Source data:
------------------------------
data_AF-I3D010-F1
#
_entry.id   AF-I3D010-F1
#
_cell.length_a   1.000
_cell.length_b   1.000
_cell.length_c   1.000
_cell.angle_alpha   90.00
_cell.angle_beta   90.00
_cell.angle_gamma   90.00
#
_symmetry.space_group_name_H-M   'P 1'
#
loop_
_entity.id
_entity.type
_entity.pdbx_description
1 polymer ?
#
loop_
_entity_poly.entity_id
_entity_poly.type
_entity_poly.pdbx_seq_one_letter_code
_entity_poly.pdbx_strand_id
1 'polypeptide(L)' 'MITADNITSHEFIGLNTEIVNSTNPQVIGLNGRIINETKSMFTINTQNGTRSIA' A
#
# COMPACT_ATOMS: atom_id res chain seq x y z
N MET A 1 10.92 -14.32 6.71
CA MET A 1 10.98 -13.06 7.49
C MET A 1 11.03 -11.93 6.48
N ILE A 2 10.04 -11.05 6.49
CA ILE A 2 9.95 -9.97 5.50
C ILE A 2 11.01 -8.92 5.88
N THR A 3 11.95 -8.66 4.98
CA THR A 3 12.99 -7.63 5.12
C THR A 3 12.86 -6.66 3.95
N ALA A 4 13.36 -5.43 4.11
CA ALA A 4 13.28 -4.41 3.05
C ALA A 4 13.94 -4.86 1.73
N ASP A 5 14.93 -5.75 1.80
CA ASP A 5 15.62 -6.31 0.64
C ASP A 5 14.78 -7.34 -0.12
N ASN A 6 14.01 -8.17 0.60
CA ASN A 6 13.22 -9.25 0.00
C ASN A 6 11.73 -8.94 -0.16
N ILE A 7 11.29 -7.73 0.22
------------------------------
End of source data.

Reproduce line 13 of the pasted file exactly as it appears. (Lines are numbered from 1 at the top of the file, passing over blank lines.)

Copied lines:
#